Sunday, 25 May 2008

For Sale: 333

It's official, Mike Strobel says in his Sunday Sun column - 333 King Street East, the Toronto Sun's home since the summer of 1975, is for sale.

"(Newsflash: The Sun building will be listed for sale, publisher Kin-Man Lee tells staff. It's too big and he doesn't want to be a landlord. So . . . )," he writes.

We hate to gloat, but TSF has been forecasting the sale of 333 since early last year.

Take a read of Strobel's column before it is yanked and a $12 fee is imposed to read the rest of the story.

Strobel wraps up his column with:

"I wonder if the Eclipse Building is available."

Two floors of the Sun's first home at King and John Streets would probably accommodate what is left of the tabloid.

Construction of 333 a mere four years after the feisty Sun was born on Nov. 1, 1971, was a proud achievement for all involved.

Sun employees working out of the Eclipse Building were so eager to view the inside of their new three-storey home, Doug Creighton arranged for guided tours weeks before the official opening.

The Sun was on a roll and the mood was giddy. Connie Nicholson (now Woodcock) was the first to sit down to type a story in the new digs.

This blogger's story about Cameron March, a missing Burlington-area boy, was the first front page story/photo off the shiny new Goss presses.

Editors had been making nightly runs to a Mississauga print shop to get the job done, so watching the presses at 333 roll for the first time was the first of many causes for celebration.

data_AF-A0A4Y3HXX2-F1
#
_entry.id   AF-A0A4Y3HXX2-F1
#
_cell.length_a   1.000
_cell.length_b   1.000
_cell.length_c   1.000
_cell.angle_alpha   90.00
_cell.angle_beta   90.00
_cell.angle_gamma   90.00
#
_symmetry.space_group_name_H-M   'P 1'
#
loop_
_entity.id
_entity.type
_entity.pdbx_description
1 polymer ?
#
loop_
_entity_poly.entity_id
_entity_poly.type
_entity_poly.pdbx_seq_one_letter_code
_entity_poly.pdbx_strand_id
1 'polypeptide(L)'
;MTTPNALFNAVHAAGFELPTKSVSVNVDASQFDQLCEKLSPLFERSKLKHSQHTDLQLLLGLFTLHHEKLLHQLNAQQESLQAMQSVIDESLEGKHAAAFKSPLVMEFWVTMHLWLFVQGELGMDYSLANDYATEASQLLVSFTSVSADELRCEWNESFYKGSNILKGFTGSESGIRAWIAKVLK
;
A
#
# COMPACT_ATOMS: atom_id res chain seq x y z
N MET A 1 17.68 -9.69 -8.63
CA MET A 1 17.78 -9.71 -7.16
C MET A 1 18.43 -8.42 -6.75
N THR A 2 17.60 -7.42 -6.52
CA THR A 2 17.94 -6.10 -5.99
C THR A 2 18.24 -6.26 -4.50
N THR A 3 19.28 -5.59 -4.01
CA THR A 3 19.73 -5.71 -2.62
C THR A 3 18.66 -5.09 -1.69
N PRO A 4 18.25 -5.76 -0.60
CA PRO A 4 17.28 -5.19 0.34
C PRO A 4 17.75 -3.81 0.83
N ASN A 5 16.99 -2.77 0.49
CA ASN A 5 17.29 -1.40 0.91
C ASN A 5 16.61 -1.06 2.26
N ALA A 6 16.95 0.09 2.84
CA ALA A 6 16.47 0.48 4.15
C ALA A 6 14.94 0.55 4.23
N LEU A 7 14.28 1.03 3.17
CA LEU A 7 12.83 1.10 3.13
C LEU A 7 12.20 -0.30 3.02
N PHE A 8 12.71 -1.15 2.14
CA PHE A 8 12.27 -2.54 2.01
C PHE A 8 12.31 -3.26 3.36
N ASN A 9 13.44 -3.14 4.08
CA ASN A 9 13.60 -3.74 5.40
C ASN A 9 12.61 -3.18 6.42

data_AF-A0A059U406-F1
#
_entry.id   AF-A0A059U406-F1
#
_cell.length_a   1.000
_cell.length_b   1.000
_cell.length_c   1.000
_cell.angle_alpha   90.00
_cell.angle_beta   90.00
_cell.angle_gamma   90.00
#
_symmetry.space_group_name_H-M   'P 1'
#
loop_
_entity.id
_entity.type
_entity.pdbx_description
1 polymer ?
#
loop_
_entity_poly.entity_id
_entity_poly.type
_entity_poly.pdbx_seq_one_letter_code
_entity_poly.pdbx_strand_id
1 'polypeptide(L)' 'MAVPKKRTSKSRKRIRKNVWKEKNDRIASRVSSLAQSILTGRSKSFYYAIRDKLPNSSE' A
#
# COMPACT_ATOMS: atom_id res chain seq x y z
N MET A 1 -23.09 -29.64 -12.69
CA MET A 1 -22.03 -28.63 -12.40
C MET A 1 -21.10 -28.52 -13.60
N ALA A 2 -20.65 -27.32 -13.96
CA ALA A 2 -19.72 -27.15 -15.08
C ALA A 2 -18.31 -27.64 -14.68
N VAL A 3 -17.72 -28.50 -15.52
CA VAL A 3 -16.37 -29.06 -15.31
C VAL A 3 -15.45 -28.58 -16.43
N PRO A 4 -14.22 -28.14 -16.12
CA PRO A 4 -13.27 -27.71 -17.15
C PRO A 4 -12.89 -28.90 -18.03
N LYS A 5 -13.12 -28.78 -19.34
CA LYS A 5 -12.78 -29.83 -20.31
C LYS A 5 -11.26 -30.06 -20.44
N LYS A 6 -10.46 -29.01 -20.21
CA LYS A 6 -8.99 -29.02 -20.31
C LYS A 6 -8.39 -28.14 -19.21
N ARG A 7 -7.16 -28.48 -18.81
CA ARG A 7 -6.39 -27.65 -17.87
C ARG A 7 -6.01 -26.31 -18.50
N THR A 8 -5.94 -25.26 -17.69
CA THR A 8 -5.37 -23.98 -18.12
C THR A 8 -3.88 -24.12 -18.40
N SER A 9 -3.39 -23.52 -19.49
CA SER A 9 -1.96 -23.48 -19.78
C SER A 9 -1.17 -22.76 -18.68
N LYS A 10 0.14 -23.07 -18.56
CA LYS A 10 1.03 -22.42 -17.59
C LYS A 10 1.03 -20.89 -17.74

The house that Doug, Peter and Don built was also the first real bond the Sun had with its readers. Paul Rimstead invited readers to come on down and 5,000 people showed up.

Readers lined up to take guided tours of 333. They were invited to parties at 333.

The original 333 quickly outgrew the rising Sun and it expanded upwards and outwards, swallowing the large parking lot to the west and giving Doug and other execs offices on the 6th floor. And Red's, a first floor cafeteria named for Doug.

While the Sun at 333 was an open house for a few years, security was tightened following demonstrations by groups opposed to Sun content and a few thefts in the building.

Life at 333 was never dull. Lou Grant showed up for a day as senior city editor; Peter Worthington's office was raided by the RCMP; TV and movie stars arrived for interviews; Barbara Amiel did her thing as editor-in-chief long before she met Conrad.

But most of all, 333 was filled with fiercely loyal and competent employees who did Doug, Peter and Don proud and they were rewarded with bonuses, sabbaticals, parties etc. The Sun never needed a union with Doug at the helm.

The saddest day for 333 was the day employees gathered in the second floor atrium in 1992 to hear Doug had been ousted from the paper he loved. It was the day the music died

And then along came Quebecor in 1999.

The Miracle on King turned into a lingering nightmare.

Putting a For Sale sign up at 333 is another nail in the coffin.

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